Difference between revisions of "Replacing all drives in a Terastation Live"
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Revision as of 23:28, 10 November 2007
This manual describes step by step the replacment of all drives in a Terastation Live. It can eventually applied also to other Terastations. The requirements are only a RAID-System based on mdadm and a XFS file system.
Buffalo Terastation comprising 4x Samsung SP2504C 250GB SATA-II
New drives: 4x Samsung HD501LJ 500GB SATA-II
We often start with a full array as shown here by "df command"
root@DATEN:~# df -h Filesystem Size Used Available Use% Mounted on /dev/md1 481.6M 306.9M 174.7M 64% / /dev/ram1 15.0M 116.0k 14.9M 1% /mnt/ram /dev/md0 281.0M 15.0M 265.9M 5% /boot /dev/md2 695.6G 631.4G 64.2G 91% /mnt/array1
and obviously we like to enlarge the array with out any backup which is very time consuming and we often do not have an appropriate backup device to store several hundred Gigabytes.
- Shut the Terastation down via webinterface, command line or power button
- Start with the 4th drive, remove it and replace it with another disc of same size or bigger (you can follow the instructions from the Buffalo Terastation manual.
- Start the Terastation and it will show you a failed drive - don't panic :-)
- Now you have to gain root console access via telnet or ssh, do not try to repair the raids from the webinterface
- Take a look at the partition table of a working hard drive like /dev/sda
fdisk -l /dev/sda Disk /dev/sda: 250.0 GB, 250059350016 bytes 255 heads, 63 sectors/track, 30401 cylinders Units = cylinders of 16065 * 512 = 8225280 bytes Device Boot Start End Blocks Id System /dev/sda1 1 37 297171 83 Linux /dev/sda2 38 99 498015 83 Linux /dev/sda4 100 30401 243400815 5 Extended /dev/sda5 100 116 136521 82 Linux swap /dev/sda6 117 30390 243175873+ 83 Linux
- Start to create the identical partition table using fdisk on the new inserted drive /dev/sdd with fdisk /dev/sdd - Important - If you insert a bigger drive, then you would extend the size of the extended partition as well as partition 6 to the available maximum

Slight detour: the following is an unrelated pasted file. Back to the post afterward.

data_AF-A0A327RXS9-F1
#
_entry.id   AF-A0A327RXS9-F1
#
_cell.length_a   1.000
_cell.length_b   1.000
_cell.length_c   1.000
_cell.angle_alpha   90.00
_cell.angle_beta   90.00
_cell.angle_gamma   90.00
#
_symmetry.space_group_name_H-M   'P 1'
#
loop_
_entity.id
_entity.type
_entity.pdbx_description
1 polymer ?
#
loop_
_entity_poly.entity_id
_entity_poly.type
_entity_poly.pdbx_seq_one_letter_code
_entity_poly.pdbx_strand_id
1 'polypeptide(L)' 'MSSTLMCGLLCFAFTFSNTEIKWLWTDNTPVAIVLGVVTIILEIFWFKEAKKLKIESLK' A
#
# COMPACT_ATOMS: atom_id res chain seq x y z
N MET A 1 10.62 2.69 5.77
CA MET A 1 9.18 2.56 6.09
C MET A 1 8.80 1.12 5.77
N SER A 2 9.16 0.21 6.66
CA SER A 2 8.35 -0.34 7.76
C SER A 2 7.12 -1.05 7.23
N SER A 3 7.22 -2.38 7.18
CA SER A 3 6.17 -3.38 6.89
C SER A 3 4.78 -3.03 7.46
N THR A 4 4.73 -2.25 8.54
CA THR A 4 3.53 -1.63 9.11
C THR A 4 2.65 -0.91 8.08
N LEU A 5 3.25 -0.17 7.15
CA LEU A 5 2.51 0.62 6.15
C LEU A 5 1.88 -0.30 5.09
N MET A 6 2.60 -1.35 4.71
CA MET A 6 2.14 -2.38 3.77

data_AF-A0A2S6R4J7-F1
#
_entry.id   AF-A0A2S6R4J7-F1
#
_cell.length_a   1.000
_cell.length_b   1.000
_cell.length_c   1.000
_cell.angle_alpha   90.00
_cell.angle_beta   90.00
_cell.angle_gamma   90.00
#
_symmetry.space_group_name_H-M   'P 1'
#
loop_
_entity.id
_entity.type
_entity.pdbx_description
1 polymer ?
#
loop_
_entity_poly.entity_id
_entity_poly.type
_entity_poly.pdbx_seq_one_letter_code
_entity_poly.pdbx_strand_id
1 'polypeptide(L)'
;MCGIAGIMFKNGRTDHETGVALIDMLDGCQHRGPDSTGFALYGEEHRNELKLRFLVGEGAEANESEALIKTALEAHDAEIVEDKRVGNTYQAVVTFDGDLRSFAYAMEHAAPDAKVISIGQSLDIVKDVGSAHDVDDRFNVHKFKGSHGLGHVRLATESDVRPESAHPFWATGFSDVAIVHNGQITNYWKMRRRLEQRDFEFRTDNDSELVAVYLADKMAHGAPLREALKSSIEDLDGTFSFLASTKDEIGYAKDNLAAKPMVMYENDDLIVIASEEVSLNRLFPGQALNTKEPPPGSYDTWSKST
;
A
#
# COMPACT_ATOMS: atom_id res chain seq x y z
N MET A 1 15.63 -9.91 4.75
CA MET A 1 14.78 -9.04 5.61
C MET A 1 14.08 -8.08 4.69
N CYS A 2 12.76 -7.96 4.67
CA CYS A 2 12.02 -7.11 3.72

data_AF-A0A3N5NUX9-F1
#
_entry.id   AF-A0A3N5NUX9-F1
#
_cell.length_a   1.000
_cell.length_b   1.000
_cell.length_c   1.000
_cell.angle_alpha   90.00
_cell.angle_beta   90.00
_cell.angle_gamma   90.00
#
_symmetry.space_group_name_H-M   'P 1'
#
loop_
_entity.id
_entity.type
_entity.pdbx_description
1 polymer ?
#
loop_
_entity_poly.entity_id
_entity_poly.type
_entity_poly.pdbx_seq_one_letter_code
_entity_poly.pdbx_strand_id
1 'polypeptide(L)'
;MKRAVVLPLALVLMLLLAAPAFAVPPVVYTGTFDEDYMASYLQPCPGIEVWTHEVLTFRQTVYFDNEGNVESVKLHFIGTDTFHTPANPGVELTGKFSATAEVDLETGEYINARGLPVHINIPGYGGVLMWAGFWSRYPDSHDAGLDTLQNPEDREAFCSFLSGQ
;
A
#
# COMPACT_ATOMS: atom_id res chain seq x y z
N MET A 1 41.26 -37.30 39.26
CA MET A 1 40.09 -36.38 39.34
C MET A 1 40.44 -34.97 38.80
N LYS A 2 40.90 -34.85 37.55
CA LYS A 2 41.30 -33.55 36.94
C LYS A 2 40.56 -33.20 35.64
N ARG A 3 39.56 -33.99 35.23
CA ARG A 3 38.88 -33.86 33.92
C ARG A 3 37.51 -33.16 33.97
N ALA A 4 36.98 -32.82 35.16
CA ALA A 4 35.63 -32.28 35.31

Disk /dev/sdd: 500.1 GB, 500107862016 bytes 255 heads, 63 sectors/track, 60801 cylinders Units = cylinders of 16065 * 512 = 8225280 bytes Device Boot Start End Blocks Id System /dev/sdd1 1 37 297171 83 Linux /dev/sdd2 38 99 498015 83 Linux /dev/sdd4 100 60801 487588815 5 Extended /dev/sdd5 100 116 136521 82 Linux swap /dev/sdd6 117 60801 487452231 83 Linux
- don't forget to specify the partition type of partition 5 as Linux Swap (82)
- apply mkswap to the fifth partition
- now rebuild all three raids (0-2), the steps are a follows
mdadm -a /dev/md0 /dev/sdd1 mdadm -a /dev/md1 /dev/sdd2 mdadm -a /dev/md2 /dev/sdd6
- now you can check if this was done correctly with
root@daten# mdadm --detail /dev/md0 /dev/md0: Version : 00.90.03 Creation Time : Wed Jun 13 15:47:40 2007 Raid Level : raid1 Array Size : 297088 (290.17 MiB 304.22 MB) Device Size : 297088 (290.17 MiB 304.22 MB) Raid Devices : 4 Total Devices : 4 Preferred Minor : 0 Persistence : Superblock is persistent Update Time : Tue Oct 30 07:39:29 2007 State : clean Active Devices : 4 Working Devices : 4 Failed Devices : 0 Spare Devices : 0 UUID : ec67ebdb:01b029ce:000bb777:9d5fd144 Events : 0.730 Number Major Minor RaidDevice State 0 8 1 0 active sync /dev/sda1 1 8 17 1 active sync /dev/sdb1 2 8 33 2 active sync /dev/sdc1 3 8 49 3 active sync /dev/sdd1
- The rebuild of array 0 and 1 runs quickly, but the large array takes a while (the web interface gives you an approximination for the rebuild time. It is usually more than 3-4 hours.
- Important - do not replace a further drive until the rebuild is done.
- repeat all these steps, including the shutdown and restart for all drives
Growing the array and file system
- After all drives are replaced and the rebuild finished you can grow you array using
mdadm --grow /dev/md2 -z max
- the array daemon starts a resync subsequently after growing the array
root@DATEN:~# mdadm --detail /dev/md2 /dev/md2: Version : 00.90.03 Creation Time : Wed Jun 13 08:29:22 2007 Raid Level : raid5 Array Size : 1462356480 (1394.61 GiB 1497.45 GB) Device Size : 487452160 (464.87 GiB 499.15 GB) Raid Devices : 4 Total Devices : 4 Preferred Minor : 2 Persistence : Superblock is persistent Update Time : Wed Oct 31 08:36:13 2007 State : active, resyncing Active Devices : 4 Working Devices : 4 Failed Devices : 0 Spare Devices : 0 Layout : left-symmetric Chunk Size : 64K Rebuild Status : 50% complete UUID : 05c76307:69dff621:a11d513a:e4478523 Events : 0.1320002 Number Major Minor RaidDevice State 0 8 6 0 active sync /dev/sda6 1 8 22 1 active sync /dev/sdb6 2 8 38 2 active sync /dev/sdc6 3 8 54 3 active sync /dev/sdd6
- this step again takes about 5 hours
- the last step is growing the file system which runs very quick, just run
- and you can do that before the resync finished.
- so we and up with a enlarged array without any data loss or backup :-)
root@DATEN:~# df -h Filesystem Size Used Available Use% Mounted on /dev/md1 481.6M 307.0M 174.6M 64% / /dev/ram1 15.0M 116.0k 14.9M 1% /mnt/ram /dev/md0 281.0M 15.0M 265.9M 5% /boot /dev/md2 1.4T 631.4G 763.1G 45% /mnt/array1
- you can watch the progress by using the web interface or looking into /proc/mdstat
root@DATEN:~# cat /proc/mdstat Personalities : [linear] [raid0] [raid1] [raid5] [raid4] md2 : active raid5 sda6 sdb6 sdd6 sdc6 1462356480 blocks level 5, 64k chunk, algorithm 2 [4/4] [UUUU] [============>........] resync = 64.8% (315880576/487452160) finish=191.9min speed=14865K/sec md1 : active raid1 sda2 sdb2 sdd2 sdc2 497920 blocks [4/4] [UUUU] md0 : active raid1 sda1 sdb1 sdd1 sdc1 297088 blocks [4/4] [UUUU] unused devices: <none>